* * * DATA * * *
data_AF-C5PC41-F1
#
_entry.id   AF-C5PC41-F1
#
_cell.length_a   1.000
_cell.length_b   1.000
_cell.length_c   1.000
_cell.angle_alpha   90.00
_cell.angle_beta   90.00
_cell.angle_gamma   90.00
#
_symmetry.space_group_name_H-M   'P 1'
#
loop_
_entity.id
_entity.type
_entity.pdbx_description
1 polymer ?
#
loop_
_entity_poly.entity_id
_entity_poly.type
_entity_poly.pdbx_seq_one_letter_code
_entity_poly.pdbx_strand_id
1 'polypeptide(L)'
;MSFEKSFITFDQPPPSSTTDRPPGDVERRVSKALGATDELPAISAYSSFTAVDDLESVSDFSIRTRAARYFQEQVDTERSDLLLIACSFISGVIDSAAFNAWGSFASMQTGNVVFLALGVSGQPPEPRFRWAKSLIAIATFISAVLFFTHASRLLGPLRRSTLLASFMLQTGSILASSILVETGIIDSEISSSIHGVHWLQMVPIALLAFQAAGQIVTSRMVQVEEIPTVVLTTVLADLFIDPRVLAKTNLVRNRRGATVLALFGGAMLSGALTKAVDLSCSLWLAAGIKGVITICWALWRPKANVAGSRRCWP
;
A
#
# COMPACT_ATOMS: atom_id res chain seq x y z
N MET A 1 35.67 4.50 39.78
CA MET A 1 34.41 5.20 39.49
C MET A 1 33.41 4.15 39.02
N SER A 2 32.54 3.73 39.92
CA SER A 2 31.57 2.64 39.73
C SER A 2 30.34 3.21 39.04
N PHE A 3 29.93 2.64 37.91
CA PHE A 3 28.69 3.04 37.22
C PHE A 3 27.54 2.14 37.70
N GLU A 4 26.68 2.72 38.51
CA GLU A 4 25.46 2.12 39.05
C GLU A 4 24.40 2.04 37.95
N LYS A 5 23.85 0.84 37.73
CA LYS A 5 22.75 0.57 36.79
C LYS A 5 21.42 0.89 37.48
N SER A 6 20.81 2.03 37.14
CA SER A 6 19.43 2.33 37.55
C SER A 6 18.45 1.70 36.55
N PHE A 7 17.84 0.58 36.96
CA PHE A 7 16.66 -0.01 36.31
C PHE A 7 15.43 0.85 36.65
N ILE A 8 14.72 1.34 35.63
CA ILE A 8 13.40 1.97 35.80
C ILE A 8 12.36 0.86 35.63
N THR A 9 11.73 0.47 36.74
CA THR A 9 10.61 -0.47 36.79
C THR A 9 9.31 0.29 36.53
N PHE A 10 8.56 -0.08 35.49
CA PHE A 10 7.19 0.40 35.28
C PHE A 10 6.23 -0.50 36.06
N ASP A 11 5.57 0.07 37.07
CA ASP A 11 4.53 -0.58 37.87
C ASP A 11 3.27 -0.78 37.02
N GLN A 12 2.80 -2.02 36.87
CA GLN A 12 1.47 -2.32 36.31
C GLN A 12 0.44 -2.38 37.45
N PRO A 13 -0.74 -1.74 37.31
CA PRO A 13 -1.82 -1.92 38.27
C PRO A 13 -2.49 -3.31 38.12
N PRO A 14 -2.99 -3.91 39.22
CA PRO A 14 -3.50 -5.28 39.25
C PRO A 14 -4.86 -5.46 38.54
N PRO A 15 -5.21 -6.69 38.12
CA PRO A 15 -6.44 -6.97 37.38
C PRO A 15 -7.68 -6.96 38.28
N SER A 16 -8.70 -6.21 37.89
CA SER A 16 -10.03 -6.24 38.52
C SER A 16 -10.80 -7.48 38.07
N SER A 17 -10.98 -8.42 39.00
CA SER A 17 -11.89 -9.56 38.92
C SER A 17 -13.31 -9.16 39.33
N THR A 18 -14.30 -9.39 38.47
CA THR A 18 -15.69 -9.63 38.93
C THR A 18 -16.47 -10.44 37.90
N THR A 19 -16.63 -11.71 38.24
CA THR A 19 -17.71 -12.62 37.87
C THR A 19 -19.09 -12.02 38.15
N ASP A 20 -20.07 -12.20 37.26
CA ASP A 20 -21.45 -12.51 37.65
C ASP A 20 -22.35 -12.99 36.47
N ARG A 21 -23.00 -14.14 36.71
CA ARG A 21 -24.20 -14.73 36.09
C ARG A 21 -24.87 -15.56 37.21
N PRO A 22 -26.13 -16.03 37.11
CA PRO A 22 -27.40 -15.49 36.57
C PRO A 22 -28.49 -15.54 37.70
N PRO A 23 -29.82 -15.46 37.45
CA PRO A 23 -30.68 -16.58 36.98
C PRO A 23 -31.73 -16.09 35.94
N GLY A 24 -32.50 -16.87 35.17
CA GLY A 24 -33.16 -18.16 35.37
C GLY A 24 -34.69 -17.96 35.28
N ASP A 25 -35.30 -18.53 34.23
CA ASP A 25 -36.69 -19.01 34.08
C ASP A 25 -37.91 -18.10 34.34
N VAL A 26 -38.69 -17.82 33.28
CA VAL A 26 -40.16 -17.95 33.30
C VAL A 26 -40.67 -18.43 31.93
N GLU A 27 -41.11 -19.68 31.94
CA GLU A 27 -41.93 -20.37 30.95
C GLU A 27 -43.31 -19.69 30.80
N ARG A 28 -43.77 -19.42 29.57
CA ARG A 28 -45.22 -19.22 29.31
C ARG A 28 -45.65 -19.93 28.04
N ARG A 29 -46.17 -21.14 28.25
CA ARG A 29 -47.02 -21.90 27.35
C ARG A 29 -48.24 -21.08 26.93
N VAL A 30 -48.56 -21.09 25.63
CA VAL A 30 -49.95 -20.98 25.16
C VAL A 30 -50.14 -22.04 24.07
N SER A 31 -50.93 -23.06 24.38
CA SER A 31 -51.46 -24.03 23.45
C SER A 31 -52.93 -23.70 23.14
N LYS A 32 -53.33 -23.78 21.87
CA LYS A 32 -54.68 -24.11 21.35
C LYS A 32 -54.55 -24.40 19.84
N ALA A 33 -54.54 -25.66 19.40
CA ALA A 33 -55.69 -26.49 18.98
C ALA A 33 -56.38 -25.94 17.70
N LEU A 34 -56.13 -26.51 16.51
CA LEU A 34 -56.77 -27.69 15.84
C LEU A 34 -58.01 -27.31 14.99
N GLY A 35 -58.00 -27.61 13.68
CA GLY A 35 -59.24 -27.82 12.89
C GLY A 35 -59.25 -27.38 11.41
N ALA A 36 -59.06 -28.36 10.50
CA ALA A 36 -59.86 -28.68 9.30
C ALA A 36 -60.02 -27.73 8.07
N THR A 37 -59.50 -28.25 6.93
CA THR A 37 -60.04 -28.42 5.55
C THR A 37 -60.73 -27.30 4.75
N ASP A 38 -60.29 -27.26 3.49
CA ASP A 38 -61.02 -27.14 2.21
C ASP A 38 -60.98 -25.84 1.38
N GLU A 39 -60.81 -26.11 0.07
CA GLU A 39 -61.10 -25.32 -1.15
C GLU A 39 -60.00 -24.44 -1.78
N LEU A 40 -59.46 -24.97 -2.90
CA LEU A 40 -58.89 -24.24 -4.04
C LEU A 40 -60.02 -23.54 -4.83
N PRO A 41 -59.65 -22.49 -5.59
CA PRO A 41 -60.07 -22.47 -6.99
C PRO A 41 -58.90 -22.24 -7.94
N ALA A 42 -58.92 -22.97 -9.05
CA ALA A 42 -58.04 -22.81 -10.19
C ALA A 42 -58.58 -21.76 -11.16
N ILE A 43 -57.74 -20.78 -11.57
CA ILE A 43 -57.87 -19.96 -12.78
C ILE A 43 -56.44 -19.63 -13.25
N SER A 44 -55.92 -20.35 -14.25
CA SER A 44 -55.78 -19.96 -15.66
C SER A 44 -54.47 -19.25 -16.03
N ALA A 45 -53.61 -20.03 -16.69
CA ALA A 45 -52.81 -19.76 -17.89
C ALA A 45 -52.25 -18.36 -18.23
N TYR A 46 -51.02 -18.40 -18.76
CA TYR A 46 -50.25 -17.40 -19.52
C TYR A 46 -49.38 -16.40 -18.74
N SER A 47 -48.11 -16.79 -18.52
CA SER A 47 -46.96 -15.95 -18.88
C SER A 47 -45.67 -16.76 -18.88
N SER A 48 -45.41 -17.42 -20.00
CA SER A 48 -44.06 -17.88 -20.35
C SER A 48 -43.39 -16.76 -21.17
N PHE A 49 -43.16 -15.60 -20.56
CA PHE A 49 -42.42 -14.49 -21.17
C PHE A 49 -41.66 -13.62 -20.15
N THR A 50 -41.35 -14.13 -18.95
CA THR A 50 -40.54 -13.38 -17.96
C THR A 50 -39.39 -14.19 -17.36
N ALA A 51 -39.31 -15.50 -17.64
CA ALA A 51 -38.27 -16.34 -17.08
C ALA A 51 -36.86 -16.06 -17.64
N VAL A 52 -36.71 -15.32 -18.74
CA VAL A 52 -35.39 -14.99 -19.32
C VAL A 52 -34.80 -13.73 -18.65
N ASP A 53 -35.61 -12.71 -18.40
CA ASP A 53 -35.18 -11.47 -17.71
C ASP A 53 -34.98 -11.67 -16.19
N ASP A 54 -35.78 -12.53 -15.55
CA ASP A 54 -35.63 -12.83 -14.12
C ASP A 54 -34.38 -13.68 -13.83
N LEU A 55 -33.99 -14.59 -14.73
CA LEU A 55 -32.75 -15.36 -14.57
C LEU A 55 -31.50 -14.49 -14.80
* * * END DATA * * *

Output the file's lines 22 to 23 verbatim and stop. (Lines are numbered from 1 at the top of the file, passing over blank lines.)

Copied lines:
_entity_poly.type
_entity_poly.pdbx_seq_one_letter_code